OWASP is the Open Web Application Security Project. According to OWASP’s website, it “works to improve the security of software through its community-led open-source software projects, hundreds of chapters worldwide, tens of thousands of members, and by hosting local and global conferences.”
OWASP has been the face of web application security for almost 20 years. They’ve worked tirelessly to increase the security of the web. One of the most widely known contributions to the industry is the OWASP Top 10 List.
What are the OWASP Top 10 Vulnerabilities?
A broad range of data contributed by over 40 companies, along with consensus from the security community, was used to create a list of the most critical web application vulnerabilities.
The vulnerabilities were rated based on four criteria:
- Exploitability – How easy is the weakness to exploit?
- Prevalence – How many applications have this vulnerability?
- Detectability – Is it easy to find this weakness in an application or do you have to dig?
- Technical Impact – What can an attacker do once they’ve exploited the application? For example, remote code execution, host takeover, fraud, identity theft, denial of service.
The OWASP Top 10 is a popular and effective starting point for application security. It serves to give developers a quick reference of vulnerabilities they should watch out for in their code.
Here is the latest edition (2017) of the OWASP Top 10.
- Broken Authentication
- Sensitive Data Exposure
- XML External Entities
- Broken Access Control
- Security Misconfiguration
- Cross-Site Scripting (XSS)
- Insecure Deserialization
- Using Components with Known Vulnerabilities
- Insufficient Logging and Monitoring
How Do I Test for the OWASP Top 10?
Despite Web Application Firewalls looking out for the OWASP Top 10 in production, it’s essential to test your applications for these vulnerabilities before they reach production. Otherwise, you’re putting a band-aid over a wound that requires stitches. An attacker who bypasses the WAF will have no resistance.
Testing for vulnerabilities like those on the OWASP Top 10 can be done manually or via automated tools. The Top 10 has become the bare minimum requirement for automated scanning tools like SAST and DAST.
However, manual penetration testing has its place as well. OWASP created the Application Security Verification Standard and the Web Security Testing Guide to help developers and testers inspect their applications for weaknesses.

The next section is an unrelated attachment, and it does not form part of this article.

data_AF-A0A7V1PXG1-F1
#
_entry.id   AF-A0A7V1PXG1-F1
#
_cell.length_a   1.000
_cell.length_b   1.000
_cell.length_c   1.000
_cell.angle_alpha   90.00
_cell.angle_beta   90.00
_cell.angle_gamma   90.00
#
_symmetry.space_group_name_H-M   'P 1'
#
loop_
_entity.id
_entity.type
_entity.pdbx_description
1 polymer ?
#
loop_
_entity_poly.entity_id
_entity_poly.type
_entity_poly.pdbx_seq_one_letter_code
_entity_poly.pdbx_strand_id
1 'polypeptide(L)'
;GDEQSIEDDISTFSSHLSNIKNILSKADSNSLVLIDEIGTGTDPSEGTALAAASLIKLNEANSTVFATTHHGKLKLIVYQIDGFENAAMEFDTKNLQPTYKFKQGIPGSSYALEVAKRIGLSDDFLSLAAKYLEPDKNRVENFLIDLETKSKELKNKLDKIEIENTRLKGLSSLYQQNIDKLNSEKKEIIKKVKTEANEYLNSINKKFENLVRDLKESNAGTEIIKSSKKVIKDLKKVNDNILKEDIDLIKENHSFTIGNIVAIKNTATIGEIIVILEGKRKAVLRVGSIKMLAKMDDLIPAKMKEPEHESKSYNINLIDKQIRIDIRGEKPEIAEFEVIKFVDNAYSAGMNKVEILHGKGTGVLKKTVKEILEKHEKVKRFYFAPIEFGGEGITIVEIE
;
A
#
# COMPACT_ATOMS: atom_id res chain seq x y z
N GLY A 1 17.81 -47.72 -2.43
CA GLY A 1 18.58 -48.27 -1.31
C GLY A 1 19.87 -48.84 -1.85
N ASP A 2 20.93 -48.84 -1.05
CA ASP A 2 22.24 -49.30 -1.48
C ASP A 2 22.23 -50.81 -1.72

The Application Security Verification Standard (ASVS) aims to help companies develop and test security controls. It sets up a standard all can measure themselves against when designing and developing web applications. It doesn’t test for vulnerabilities. It helps you develop security controls that prevent them from appearing in the first place.
The ASVS features three levels of assurance. An application reaches level one when it defends against the OWASP Top 10 and other basic vulnerabilities. To reach level two, an application has to defend itself against more advanced attack scenarios. Level two is typically used for significant business-to-business transactions, healthcare applications, or applications that hold and use sensitive information. Level three is reserved for the most secure applications, such as those used by military and critical infrastructure.
The Web Security Testing Guide (WSTG) takes a different approach. Instead of defining security controls, it outlines a comprehensive methodology for testing applications and finding security vulnerabilities. Security researchers, penetration testers, and developers can use the WSTG to develop testing strategies and perform security assessments.
The OWASP Top 10 is is a good starting point, but the ASVS and WSTG help you to apply the lessons learned from the Top 10 to specific applications.
Are These the Only Vulnerabilities I Need to Watch Out For?
The OWASP Top 10 is an excellent resource for web developers and security professionals. It provides a solid foundation and highlights major problems that have been observed in production web applications.
However, it’s dangerous to build only to prevent these ten issues. There are many types of vulnerabilities and techniques used to break into applications and steal data. For example, the 2017 OWASP Top 10 list removed Cross-Site Request Forgery (CSRF). CSRF had been on the list for many years. This doesn’t mean that you don’t need to protect against CSRF anymore. It’s still a threat.
Another reason for increased vigilance is the fast pace of change seen in web applications today. For example, the proliferation of microservices and APIs has given rise to a new breed of vulnerability that didn’t exist before. The OWASP Top 10 might not include the latest techniques used by attackers. In this specific example, the OWASP API Top 10 was created to highlight the newest issues faced by API developers.
The OWASP Top 10 isn’t an inclusive list. It should be the bare minimum of what you defend against, but every application has specific risks based on the platforms used and the type of transactions and data it handles. Tools like the ASVS will help you to develop controls that cover more than the Top 10 vulnerabilities.
How Can I Contribute?
OWASP is always looking for help in defending web applications against attacks. There are local chapters all over the world that hold events to help educate developers and security professionals. You can become a member, donate, or even start your own project. Most projects are open source, so don’t hesitate to contribute there, too.
No matter how you contribute, consider giving back to the development community to help make the Internet a safer place for everyone.